Last October we wrote about how Facebook’s breakaway growth combined with a declining advertising market was forcing the company back to the capital markets.
The company has been all over the place with on record comments about fundraising since that post.
We discussed Facebook fundraising issues and valuation. He said some of the speculation was true and some wasn’t. he confirmed that Facebook’s $15 billion valuation round was still open and that CFO Gideon Yu was open to new investors at that price. But he denied that Facebook was pitching for new money at a lower valuation. “We’re not actively going around trying to raise money from a lot of different people. It’s more just a follow on to that [previous round].”
Fast forward to last month, when Facebook board member Peter Thiel told BusinessWeek the company did not need to raise any more money and had sufficient cash to continue at its current growth rate. And then yesterday BusinessWeek reported that Facebook is looking to raise new debt capital to replace a $100 million line of credit.
So Are They Raising Money Or Not?
Yes, they are.
eMarketer projects Facebook revenues of $230 million in 2009. Our sources say this is way low, and that Facebook will hit at least $300 million in 2009 revenues. But the costs of running this ginormous company are staggering. Facebook may be burning though $20 million or more per month, even on top of revenues.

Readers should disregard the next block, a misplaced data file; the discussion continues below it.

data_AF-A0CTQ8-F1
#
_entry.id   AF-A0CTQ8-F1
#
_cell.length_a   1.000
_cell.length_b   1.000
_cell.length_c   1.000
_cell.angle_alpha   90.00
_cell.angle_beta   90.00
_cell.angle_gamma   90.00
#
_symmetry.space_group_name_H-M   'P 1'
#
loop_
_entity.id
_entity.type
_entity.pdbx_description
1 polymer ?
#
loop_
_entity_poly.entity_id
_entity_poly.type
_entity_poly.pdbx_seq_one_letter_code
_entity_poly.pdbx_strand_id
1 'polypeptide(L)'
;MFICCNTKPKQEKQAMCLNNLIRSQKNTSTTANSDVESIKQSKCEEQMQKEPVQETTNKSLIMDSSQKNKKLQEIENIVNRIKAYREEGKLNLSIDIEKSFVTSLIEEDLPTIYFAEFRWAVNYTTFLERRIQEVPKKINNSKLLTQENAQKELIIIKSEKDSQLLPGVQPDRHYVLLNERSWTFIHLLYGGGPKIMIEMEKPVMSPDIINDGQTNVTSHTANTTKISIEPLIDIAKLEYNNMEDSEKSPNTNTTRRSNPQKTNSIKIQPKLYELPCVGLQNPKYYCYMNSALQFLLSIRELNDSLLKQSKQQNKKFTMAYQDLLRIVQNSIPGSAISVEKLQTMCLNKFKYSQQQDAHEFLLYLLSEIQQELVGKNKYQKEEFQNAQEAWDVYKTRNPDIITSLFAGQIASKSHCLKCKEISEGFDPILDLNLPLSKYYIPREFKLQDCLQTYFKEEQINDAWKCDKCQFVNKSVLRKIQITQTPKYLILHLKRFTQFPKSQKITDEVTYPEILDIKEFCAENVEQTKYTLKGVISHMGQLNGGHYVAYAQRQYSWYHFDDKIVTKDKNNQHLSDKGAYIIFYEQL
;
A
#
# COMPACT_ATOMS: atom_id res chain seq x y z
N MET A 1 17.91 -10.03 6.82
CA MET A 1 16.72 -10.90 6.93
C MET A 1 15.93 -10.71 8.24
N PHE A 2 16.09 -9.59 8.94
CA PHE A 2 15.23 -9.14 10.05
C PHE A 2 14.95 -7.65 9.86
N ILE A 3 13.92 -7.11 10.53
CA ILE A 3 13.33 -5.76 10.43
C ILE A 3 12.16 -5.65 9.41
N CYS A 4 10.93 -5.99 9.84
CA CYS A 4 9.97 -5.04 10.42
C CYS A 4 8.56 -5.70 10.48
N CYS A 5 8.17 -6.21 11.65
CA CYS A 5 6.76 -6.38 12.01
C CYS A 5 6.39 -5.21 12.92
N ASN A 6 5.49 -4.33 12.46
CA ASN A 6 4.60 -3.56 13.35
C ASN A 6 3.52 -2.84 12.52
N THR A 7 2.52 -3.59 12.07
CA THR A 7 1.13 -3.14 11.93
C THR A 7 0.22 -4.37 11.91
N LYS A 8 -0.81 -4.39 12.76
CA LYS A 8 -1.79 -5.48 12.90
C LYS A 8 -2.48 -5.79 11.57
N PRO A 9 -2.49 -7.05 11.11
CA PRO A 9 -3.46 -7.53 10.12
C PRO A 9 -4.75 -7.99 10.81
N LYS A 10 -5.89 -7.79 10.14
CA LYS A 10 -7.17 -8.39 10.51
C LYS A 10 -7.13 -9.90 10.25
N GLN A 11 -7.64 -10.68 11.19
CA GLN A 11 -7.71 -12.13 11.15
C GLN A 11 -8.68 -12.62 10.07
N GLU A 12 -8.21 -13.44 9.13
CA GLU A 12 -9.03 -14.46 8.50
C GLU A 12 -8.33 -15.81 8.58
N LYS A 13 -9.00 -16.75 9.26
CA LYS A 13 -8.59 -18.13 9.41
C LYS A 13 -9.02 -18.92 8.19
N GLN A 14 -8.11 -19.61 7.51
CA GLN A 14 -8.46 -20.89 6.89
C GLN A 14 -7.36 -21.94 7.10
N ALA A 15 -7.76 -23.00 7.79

Our sources tell us that Facebook probably has around $300 million left in cash. If growth were to freeze at this point they’d have 15 months or so of runway. With their staggering growth rate, it may not last that long.
We’re hearing they plan on raising money sometime this year to give themselves enough cushion to get to an IPO, or at the very least get through the economic downturn. Our sources say they’re pitching the company at a $10 billion valuation, but would be “thrilled” with a $5 billion valuation.
Google Thinks Facebook Is Worth $2 Billion.
We’ve also heard that there have been very low level conversations between Google and Facebook around an equity investment or outright acquisition. But these conversations never made it to the senior execs at Facebook. Perhaps because Google’s internal modeling may have valued Facebook at just $2 billion. There’s no way Facebook is going to take that valuation without a fight.
So what will happen? Our guess is Facebook will take as much debt as they can to give themselves some breathing room. If revenue growth is as healthy as we’re hearing it is the company may be able to justify a higher valuation when they inevitably do take more equity funding. The big question is, what exactly will Facebook’s next valuation be?
Update: A new source now tells us that Facebook’s internal revenue projections for 2009 are over $400 million, much of which is driven by the self serve ad system. We’re also getting confirmation on Facebook’s $300 million in current cash.